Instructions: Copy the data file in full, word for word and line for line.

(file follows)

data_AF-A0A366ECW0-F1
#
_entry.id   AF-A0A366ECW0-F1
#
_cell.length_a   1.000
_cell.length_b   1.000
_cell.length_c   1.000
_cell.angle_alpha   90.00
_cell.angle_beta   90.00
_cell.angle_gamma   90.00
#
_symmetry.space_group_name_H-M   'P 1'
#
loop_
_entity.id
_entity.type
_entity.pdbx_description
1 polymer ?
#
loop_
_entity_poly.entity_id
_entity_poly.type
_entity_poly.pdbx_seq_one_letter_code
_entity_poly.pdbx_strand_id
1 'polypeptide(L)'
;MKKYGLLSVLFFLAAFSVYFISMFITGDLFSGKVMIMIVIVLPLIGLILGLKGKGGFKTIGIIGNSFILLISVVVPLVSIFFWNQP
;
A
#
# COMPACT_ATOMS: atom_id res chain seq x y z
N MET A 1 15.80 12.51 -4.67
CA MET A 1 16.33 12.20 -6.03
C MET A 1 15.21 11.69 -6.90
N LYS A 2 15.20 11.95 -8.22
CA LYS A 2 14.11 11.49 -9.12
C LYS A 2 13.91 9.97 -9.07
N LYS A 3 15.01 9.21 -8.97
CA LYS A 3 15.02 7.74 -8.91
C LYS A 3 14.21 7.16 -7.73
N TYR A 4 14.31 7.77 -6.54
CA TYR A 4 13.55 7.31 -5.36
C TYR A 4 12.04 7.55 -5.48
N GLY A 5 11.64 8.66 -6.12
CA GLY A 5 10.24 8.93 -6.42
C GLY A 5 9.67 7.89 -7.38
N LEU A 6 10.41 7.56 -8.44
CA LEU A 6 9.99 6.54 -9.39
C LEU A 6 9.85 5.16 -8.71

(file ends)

data_AF-A0A366ECW0-F1
#
_entry.id   AF-A0A366ECW0-F1
#
_cell.length_a   1.000
_cell.length_b   1.000
_cell.length_c   1.000
_cell.angle_alpha   90.00
_cell.angle_beta   90.00
_cell.angle_gamma   90.00
#
_symmetry.space_group_name_H-M   'P 1'
#
loop_
_entity.id
_entity.type
_entity.pdbx_description
1 polymer ?
#
loop_
_entity_poly.entity_id
_entity_poly.type
_entity_poly.pdbx_seq_one_letter_code
_entity_poly.pdbx_strand_id
1 'polypeptide(L)'
;MKKYGLLSVLFFLAAFSVYFISMFITGDLFSGKVMIMIVIVLPLIGLILGLKGKGGFKTIGIIGNSFILLISVVVPLVSIFFWNQP
;
A
#
# COMPACT_ATOMS: atom_id res chain seq x y z
N MET A 1 15.80 12.51 -4.67
CA MET A 1 16.33 12.20 -6.03
C MET A 1 15.21 11.69 -6.90
N LYS A 2 15.20 11.95 -8.22
CA LYS A 2 14.11 11.49 -9.12
C LYS A 2 13.91 9.97 -9.07
N LYS A 3 15.01 9.21 -8.97
CA LYS A 3 15.02 7.74 -8.91
C LYS A 3 14.21 7.16 -7.73
N TYR A 4 14.31 7.77 -6.54
CA TYR A 4 13.55 7.31 -5.36
C TYR A 4 12.04 7.55 -5.48
N GLY A 5 11.64 8.66 -6.12
CA GLY A 5 10.24 8.93 -6.42
C GLY A 5 9.67 7.89 -7.38
N LEU A 6 10.41 7.56 -8.44
CA LEU A 6 9.99 6.54 -9.39
C LEU A 6 9.85 5.16 -8.71